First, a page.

Sony has been the most secretive of the two companies. As far as the branding goes, all we have seen is the PS5 logo, which follows the exact same design philosophy as the PS4 logo: simple and easy to recognise. We’ve not even had a good look at the outside of the system, with the only thing to go off of being the very strange development kit – which looks like a V. It’s worth noting, however, that typical development kits for consoles rarely look much like the final product (anyone remember the ps4 dev kit, that looked like a fat PS2?)
We have however had a good look at the new controller, the ‘DualSense’, as well as a live stream hosted by the PS5 system architect Mark Cerny, which ran us through all of the major specs of the PS5 including an SSD and PS4 backwards compatibility. The DualSense seems to be a departure from the traditional DualShock controllers. This new naming convention comes about from the brand-new features available, such as the ability to measure heart-rate from your palm and the ability to increase resistance on the trigger buttons to further immersion, such as increasing tension while pulling a bow.
Microsoft have been far more transparent with their reveals, starting during the Game Awards in December where they revealed the look of the console: a massive tower that looked more like a PC than anything else. They also have been a lot more forthcoming with Series X releases, such as a new Hellblade game. A number of features have also been revealed for the Series X, from Smart Delivery – a feature that allows you to play the best possible version of a game (e.g. if you bought a game on Xbox One, you can play it on the series X and it will upgrade the graphics and frame rate to the current hardware), and also backwards compatibility with every previous Xbox console!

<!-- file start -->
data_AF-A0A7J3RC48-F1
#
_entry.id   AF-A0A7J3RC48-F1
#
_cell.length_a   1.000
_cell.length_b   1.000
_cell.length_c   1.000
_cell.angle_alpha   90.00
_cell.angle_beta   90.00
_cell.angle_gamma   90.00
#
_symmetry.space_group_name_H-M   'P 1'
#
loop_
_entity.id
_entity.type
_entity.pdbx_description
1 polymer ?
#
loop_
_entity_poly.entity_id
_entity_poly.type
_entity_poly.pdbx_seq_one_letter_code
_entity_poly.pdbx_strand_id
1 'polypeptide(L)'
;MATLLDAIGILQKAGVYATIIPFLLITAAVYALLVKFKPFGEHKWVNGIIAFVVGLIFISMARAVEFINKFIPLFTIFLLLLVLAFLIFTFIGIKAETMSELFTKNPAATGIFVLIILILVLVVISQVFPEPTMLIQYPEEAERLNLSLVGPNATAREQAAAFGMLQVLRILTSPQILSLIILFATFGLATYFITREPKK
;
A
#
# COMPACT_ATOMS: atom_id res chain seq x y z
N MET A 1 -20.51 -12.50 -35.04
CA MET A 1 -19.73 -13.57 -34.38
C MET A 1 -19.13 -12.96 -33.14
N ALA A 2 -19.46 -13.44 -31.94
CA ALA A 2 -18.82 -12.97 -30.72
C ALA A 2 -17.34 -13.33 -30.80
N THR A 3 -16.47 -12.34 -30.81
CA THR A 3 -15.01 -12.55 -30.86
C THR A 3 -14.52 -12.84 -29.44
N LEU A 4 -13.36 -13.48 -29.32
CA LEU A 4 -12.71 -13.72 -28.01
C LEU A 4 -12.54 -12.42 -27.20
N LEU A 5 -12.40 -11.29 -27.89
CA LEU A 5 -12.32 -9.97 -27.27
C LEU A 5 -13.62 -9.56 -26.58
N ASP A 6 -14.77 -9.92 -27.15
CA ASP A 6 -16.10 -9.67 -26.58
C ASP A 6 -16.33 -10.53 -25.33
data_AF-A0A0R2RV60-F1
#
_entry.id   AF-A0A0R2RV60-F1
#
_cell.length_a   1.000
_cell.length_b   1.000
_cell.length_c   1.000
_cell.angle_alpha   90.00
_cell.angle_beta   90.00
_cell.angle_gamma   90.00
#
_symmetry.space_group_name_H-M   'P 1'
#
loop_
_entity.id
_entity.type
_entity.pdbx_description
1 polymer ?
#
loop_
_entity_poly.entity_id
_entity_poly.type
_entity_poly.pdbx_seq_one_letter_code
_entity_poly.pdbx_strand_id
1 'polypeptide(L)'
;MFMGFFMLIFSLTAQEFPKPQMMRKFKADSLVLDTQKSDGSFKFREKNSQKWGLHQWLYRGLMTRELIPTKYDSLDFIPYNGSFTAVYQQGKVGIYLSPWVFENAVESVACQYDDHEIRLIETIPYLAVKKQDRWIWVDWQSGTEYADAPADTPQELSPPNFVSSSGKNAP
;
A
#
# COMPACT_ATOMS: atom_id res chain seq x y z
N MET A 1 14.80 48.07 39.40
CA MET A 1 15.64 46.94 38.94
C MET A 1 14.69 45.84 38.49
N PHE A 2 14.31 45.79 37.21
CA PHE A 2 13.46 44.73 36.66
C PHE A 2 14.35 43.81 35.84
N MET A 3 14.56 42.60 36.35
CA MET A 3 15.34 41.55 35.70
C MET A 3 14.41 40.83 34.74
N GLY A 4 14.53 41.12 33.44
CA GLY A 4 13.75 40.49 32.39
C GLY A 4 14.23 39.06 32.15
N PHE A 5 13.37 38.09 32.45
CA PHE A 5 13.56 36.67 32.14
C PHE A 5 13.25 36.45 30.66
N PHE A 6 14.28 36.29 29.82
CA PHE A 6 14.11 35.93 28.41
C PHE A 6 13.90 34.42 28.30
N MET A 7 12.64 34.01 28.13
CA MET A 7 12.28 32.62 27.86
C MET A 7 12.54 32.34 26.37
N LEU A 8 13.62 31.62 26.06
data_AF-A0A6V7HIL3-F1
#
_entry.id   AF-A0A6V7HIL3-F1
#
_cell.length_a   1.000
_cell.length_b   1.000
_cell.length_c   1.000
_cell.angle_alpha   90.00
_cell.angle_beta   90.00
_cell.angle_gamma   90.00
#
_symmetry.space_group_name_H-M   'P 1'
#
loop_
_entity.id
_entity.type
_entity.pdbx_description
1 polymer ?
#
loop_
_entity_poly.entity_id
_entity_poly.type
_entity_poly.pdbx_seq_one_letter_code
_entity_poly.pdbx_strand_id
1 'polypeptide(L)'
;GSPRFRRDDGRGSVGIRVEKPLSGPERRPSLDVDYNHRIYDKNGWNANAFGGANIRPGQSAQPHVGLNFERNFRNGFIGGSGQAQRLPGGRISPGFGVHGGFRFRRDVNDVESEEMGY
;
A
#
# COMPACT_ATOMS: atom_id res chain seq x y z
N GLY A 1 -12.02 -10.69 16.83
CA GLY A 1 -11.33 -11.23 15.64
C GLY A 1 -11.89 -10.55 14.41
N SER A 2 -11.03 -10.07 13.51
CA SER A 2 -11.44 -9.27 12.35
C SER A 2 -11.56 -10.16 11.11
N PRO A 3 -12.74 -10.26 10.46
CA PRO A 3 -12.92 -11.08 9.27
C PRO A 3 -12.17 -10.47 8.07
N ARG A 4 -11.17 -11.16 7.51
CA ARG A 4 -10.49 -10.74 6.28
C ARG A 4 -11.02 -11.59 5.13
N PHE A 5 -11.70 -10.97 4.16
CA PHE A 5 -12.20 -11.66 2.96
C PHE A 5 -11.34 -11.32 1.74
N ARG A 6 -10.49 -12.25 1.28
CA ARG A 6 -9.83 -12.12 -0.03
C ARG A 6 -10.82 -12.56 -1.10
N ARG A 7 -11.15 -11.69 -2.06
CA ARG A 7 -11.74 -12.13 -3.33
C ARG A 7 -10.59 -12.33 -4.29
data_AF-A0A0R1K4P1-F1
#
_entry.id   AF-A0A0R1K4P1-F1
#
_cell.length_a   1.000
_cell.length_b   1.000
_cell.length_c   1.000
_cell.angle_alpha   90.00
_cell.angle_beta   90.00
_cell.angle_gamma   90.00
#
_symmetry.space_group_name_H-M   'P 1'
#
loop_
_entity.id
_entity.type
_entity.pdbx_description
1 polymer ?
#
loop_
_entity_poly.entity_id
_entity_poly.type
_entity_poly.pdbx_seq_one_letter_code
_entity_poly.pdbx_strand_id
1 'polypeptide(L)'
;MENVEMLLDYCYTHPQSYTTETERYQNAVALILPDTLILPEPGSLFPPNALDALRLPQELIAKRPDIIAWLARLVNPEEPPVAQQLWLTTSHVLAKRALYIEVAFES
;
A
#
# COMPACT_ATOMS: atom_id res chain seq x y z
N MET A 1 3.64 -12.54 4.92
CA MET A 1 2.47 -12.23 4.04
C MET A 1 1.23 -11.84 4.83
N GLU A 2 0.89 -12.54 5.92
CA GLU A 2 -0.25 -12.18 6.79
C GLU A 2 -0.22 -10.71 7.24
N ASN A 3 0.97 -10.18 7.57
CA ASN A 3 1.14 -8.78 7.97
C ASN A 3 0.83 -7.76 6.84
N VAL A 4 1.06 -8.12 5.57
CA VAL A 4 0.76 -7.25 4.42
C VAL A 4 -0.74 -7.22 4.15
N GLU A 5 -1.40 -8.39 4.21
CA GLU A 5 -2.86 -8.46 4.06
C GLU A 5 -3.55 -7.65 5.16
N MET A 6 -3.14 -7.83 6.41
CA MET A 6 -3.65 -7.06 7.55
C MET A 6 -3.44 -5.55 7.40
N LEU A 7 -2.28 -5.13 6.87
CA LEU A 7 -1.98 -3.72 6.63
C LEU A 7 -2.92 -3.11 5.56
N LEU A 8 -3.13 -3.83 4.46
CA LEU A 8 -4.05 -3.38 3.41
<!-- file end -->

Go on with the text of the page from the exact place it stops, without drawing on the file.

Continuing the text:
If you’re just looking for a general overview, the PS5 and Xbox Series X look to have fairly comparable processing powers, with Microsoft taking the slight advantage. If you don’t care about having the absolute best machine on the market, I would go for whichever company publishes games you prefer.
If you want a more in depth look at the specs, you’ve come to the right place! Here is ALMOST everything we know about the internals of the newest generation of consoles:
The PS5 will run off a custom-built version of the third generation AMD Ryzen chipset, packing in 8 cores with the company's new Zen 2 .
The CPU will run at 3.5GHz. The GPU offers 36 compute units running at 2.23GHz and offering 10.28TFLOPs (effectively meaning the ability to compute 10.28 trillion floating point calculations per second). This is a massive upgrade compared to the base PS4 at 1.8TFLOPS.
Those parts are paired with 16GB of GDDR6 with a bandwidth of 448GB/s - this is a high bandwidth RAM. The PS5 can also support ray tracing – a very intensive lighting technique which creates realistic shadows within 3D worlds. Until now it was only available for high end PC GPUs, but now will be built into the PS5 hardware.